A shared user account used by WeWork employees to access printer settings and print jobs had such an incredibly simple password that a customer guessed it, according to TechCrunch. WeWork customers normally have an assigned seven-digit username and a four-digit passcode used for printing documents at WeWork locations. But the username for the account used by WeWork employees was just four-digits: “9999” – and the password was the same as the username. The “9999” account is used by and shared among WeWork community managers, who oversee day-to-day operations at each location, to print documents for visitors who don’t have accounts to print on their own. The account cannot be used to access print jobs sent to other customer accounts. While this shared account could not see the contents of documents beyond file names, logging into the WeWork printing web portal could allow users to release other people’s pending print jobs sent to the “9999” account to any other WeWork printer on the network.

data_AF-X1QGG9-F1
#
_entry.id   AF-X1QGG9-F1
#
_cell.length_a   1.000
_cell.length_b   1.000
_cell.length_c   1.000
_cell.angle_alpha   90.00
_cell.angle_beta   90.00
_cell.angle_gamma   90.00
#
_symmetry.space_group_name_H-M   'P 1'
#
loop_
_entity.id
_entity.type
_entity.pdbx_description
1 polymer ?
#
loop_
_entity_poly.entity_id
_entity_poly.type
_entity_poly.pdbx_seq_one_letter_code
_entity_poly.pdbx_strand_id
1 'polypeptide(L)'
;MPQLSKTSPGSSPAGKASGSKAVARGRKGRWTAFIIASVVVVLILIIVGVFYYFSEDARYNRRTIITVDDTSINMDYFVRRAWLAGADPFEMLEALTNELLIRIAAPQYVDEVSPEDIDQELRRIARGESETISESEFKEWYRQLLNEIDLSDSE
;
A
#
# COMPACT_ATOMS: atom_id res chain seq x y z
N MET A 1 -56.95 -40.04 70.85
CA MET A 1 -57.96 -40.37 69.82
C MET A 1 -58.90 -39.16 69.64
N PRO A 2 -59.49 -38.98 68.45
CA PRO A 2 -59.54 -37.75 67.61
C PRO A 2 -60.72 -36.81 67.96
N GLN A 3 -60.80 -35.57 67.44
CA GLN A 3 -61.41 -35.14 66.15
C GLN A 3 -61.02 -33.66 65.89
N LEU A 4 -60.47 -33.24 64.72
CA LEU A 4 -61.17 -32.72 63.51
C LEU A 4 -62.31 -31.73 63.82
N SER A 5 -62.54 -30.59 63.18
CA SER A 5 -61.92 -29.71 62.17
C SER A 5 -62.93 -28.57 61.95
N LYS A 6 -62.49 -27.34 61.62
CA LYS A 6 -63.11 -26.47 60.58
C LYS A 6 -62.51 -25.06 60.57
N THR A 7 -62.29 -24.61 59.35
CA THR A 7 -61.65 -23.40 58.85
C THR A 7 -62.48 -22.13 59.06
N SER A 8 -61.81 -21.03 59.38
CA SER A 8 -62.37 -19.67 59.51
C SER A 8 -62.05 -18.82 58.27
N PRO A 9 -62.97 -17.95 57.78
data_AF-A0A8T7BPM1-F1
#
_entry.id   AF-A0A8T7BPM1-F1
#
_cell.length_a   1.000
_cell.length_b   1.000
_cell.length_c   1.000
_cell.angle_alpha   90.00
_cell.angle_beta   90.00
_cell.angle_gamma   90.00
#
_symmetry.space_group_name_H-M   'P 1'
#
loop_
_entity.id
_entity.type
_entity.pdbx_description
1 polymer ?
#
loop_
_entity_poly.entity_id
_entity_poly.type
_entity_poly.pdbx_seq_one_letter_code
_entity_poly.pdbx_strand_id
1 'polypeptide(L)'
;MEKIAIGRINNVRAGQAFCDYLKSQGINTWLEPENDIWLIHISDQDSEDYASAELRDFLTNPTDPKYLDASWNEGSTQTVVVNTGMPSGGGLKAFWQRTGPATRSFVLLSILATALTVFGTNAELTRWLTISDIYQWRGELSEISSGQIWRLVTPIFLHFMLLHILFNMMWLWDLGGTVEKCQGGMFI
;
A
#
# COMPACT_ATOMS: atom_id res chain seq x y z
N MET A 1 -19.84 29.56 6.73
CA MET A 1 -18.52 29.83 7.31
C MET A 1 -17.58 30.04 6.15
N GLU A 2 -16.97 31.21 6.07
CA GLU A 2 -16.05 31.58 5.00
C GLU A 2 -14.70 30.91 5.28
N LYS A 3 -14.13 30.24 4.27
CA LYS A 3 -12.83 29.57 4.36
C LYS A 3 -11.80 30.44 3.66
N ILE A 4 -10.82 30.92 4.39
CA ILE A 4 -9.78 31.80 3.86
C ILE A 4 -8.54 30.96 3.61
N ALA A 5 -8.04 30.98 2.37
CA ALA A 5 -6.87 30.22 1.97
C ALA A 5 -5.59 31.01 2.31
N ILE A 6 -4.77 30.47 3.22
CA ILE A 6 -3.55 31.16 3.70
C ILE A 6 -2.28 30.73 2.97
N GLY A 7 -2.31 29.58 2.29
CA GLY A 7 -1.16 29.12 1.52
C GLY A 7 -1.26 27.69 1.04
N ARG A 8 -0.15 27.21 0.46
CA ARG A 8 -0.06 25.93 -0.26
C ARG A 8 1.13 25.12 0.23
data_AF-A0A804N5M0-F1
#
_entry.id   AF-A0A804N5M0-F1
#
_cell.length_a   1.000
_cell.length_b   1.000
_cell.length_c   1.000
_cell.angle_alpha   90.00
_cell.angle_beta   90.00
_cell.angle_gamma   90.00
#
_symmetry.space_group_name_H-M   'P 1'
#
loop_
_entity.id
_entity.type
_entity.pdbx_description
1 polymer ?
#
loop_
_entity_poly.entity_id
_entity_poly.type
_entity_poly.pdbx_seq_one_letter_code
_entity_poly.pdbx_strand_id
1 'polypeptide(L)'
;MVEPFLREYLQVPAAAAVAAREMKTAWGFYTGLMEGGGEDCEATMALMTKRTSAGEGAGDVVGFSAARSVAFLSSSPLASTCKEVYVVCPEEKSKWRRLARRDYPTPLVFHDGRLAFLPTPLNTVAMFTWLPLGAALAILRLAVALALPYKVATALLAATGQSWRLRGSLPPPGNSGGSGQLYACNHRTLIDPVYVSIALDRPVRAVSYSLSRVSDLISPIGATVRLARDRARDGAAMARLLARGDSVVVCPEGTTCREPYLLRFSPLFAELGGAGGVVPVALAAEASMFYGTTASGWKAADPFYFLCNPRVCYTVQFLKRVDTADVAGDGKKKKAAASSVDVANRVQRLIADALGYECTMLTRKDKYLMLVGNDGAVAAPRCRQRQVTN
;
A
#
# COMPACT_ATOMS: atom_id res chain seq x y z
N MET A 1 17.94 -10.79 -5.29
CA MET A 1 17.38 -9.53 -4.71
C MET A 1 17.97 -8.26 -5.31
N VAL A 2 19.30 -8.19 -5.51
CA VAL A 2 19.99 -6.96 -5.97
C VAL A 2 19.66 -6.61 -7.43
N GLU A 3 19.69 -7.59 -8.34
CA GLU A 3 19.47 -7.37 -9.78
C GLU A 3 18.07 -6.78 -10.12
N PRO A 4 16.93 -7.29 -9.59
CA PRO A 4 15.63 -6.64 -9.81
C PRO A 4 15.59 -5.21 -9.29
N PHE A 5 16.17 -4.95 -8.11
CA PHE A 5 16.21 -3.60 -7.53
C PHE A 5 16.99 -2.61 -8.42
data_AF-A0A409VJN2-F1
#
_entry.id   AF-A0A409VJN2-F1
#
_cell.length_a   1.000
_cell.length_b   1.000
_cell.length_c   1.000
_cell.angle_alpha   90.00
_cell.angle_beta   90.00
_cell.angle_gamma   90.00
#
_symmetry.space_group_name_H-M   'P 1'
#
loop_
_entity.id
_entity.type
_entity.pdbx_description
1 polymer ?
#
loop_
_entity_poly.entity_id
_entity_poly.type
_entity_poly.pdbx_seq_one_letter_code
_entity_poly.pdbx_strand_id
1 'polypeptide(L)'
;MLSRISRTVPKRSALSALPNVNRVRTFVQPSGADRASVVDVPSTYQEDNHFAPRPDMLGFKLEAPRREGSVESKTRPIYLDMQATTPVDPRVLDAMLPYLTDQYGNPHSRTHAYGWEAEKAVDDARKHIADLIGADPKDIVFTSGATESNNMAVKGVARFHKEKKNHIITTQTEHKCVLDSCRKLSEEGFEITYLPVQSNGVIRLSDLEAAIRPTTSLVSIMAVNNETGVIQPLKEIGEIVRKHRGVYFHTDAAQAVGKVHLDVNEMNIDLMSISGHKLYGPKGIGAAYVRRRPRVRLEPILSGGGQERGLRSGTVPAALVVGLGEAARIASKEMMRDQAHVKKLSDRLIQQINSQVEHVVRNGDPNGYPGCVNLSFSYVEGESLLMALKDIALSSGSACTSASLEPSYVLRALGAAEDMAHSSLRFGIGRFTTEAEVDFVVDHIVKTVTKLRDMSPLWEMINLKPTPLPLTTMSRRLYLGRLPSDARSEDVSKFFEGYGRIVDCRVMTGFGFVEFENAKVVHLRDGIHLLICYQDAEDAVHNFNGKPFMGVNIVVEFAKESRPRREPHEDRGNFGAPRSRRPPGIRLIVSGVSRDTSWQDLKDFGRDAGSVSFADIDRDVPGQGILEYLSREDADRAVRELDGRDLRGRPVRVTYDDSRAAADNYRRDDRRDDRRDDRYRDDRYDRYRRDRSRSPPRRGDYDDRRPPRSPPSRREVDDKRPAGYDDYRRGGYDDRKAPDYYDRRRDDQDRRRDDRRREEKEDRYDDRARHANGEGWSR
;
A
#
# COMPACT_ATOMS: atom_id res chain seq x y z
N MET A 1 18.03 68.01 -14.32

Such poor password practice simply highlights the fact that many people still wrongly favor convenience over security. Using short, guessable passwords shines a light on the lack of awareness amongst both individuals and organisations: either people do not care about their cybersecurity or they do not fully understand the risks involved. By not forcing users to choose stronger passwords or implementing processes like two-factor authentication, organisations place data and systems in jeopardy if an attack were to occur. Simple attacks still make up a huge portion of cyberattacks and must not be overlooked.